This week on Planet Bitcoin - 9 September 2016
Thursday 08 September 2016
After a month of consolidation, the market has finally begun to show signs of becoming more interesting. As we noted last week, a prolonged period of sideways prices very often provides a foundation for an upwards movement; having exhausted the sellers, there is only one way to go. (The counter-argument is that sideways trading exhausts the buyers. In practice, it doesn’t seem to work like this - there always seem to be enough new buyers, perhaps because it’s an expanding market.)
That’s what we saw this week. Most of the previous month has been spent in the $570-585 band, with the market rejecting $600 at almost every attempt. Then suddenly, on the 3rd September, it jumped without warning from $570 to just below $600, soon after comfortably crossing the line to $615 before another leg up to where it now sits around $625.
This impressive leap may have been prompted by a couple of things. In the background there is the picture of consolidation, which had presumably run it’s course. Then, bringing confidence to the market that had been shaken by the massive Bitfinex hack, the exchange started to reimburse customers who had lost funds. Bitfinex had issued an IOU token to its customers, each nominally worth $1. Skepticism was such that these had been trading at a significant discount to their face value - traders were simply not prepared to believe they would ever be fully honoured. In fact, they were changing hands at around half of that price.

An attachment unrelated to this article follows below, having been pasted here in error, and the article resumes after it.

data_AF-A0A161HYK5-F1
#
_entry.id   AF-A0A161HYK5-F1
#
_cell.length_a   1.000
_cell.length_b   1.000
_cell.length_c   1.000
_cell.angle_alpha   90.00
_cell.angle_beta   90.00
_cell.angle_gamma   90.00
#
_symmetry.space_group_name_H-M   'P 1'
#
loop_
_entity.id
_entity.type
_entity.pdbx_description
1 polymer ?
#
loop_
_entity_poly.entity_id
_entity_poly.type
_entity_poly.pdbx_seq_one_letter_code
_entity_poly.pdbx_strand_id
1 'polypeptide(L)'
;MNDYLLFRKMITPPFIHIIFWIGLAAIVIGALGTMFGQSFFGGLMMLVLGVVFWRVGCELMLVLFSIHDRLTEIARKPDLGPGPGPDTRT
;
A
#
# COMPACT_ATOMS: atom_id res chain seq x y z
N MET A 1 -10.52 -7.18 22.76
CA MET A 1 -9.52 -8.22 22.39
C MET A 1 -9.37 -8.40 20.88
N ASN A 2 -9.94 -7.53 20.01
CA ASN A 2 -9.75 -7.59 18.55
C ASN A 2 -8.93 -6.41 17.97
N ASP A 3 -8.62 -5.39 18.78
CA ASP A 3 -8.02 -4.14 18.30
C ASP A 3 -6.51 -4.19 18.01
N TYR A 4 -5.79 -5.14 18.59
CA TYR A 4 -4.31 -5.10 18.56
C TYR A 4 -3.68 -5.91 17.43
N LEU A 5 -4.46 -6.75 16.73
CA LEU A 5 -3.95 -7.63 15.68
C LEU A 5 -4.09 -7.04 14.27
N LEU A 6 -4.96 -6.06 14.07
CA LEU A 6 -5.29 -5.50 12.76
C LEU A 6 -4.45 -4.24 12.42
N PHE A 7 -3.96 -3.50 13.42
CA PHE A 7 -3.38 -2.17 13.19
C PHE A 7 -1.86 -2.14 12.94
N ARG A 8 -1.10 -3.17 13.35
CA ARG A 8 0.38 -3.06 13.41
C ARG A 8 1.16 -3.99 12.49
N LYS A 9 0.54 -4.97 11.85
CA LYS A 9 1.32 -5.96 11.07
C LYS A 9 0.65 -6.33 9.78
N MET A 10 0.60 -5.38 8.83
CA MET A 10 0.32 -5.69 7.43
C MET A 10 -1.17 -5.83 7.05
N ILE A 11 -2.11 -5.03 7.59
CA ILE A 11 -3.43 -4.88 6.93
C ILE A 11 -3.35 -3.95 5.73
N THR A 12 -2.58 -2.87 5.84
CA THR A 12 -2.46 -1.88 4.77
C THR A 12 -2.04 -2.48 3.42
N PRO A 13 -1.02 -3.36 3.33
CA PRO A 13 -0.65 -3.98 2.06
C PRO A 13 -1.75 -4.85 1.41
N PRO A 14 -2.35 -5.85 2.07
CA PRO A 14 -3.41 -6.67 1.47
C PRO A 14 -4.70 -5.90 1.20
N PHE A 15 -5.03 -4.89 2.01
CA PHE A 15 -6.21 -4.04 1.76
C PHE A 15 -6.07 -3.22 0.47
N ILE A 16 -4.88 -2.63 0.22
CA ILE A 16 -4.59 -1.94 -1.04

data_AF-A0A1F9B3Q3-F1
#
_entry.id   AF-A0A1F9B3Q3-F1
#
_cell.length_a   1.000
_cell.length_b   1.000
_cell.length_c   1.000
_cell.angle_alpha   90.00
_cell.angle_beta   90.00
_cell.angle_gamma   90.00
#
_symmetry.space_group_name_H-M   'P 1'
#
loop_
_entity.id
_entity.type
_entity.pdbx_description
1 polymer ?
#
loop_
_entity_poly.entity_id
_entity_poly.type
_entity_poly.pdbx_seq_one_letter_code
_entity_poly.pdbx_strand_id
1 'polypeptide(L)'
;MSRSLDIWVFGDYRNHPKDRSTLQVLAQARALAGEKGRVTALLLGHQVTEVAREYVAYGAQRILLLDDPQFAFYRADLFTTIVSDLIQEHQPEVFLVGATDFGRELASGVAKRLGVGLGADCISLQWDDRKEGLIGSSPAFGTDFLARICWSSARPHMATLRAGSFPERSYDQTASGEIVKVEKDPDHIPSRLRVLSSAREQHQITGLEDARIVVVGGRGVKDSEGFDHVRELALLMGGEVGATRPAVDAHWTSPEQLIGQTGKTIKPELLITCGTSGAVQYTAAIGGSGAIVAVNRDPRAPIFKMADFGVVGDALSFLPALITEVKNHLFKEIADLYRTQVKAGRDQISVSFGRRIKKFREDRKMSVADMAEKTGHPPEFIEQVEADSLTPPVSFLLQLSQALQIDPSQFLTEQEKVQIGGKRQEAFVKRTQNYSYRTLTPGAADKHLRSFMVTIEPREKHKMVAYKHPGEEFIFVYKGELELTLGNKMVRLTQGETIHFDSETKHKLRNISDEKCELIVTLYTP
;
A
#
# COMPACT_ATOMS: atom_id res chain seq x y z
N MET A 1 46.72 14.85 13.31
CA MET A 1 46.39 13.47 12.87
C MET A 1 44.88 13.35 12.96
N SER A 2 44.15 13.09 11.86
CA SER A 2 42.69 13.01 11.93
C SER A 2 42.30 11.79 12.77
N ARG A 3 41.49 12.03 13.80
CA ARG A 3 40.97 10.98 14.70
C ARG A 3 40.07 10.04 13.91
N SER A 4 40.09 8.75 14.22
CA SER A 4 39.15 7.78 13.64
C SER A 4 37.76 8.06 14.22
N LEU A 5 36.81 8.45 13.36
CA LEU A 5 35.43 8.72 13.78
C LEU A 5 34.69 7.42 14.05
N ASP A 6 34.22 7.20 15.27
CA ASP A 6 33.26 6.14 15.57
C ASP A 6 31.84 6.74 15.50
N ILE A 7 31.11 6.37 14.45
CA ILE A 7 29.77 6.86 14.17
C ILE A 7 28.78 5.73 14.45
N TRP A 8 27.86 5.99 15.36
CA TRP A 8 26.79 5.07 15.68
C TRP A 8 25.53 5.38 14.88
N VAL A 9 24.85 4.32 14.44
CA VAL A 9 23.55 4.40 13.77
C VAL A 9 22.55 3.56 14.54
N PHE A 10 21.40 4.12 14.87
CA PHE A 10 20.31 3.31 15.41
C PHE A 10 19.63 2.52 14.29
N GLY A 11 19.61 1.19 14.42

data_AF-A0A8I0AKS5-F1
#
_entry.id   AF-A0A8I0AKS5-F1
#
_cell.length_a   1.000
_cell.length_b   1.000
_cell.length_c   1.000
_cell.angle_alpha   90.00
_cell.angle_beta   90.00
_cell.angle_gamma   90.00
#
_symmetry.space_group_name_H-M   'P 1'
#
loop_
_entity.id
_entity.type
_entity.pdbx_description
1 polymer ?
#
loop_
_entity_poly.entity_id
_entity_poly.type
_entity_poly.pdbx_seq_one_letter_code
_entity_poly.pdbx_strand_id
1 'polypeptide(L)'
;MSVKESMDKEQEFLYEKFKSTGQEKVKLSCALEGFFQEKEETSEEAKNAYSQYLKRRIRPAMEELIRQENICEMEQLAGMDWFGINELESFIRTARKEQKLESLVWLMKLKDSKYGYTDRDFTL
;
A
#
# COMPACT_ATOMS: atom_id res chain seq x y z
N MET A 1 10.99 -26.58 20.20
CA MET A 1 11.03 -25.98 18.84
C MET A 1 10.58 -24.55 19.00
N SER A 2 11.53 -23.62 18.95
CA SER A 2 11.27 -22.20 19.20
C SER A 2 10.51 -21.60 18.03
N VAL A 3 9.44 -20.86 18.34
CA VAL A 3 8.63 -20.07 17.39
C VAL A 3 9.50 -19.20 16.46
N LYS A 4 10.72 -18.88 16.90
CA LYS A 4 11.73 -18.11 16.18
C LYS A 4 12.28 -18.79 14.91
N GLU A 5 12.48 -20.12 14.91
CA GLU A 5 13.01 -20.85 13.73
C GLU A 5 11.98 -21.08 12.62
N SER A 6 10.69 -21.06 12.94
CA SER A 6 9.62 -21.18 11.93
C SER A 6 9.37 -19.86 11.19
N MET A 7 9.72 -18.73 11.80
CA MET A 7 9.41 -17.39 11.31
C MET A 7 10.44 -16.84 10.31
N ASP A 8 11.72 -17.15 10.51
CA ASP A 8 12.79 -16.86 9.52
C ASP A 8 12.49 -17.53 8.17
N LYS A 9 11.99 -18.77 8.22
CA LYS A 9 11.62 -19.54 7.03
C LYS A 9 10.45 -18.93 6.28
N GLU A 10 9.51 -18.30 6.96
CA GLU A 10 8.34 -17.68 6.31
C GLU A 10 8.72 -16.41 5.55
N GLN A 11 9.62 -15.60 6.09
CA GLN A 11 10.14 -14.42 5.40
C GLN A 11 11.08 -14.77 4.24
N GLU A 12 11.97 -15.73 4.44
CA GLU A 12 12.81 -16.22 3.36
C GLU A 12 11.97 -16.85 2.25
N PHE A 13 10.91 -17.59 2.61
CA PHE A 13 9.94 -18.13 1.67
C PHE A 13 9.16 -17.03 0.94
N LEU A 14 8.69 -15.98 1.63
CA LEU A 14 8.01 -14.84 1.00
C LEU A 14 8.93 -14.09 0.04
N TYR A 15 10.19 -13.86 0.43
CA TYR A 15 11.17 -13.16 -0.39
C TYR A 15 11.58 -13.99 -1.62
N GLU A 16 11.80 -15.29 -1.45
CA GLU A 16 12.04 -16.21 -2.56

In the event, Bitfinex bought back around 1% of tokens, at $1 each. This was welcomed by the market, as there had been speculation that the exchange would buy back its liabilities at a discount.
The other factor that may have been in play was the discussion around the Chinese Yuan at the G20. The Chinese government has said it will not devalue the currency further, but something about the claim failed to convince people - perhaps the economic data coming out of China. There’s some indication that the spike in price may have been partly caused by Chinese traders diversifying into bitcoin as a ‘safe haven’ asset - or perhaps simply as a proxy for the dollar.
Elsewhere in cryptoworld, Monero is faltering. The privacy-centric coin, which uses ring signatures to obscure transaction inputs and outputs, has soared in value over the past month, from just over 0.003 BTC to a high of over 0.025 - an eightfold increase. The catalyst for the rise was the news that it had been integrated into a couple of darkmarkets, offering a less traceable alternative to bitcoin. Of course, speculators jumped on the news, and drove the price up far beyond what organic demand warranted. Since then it has fallen 20% from its peak.
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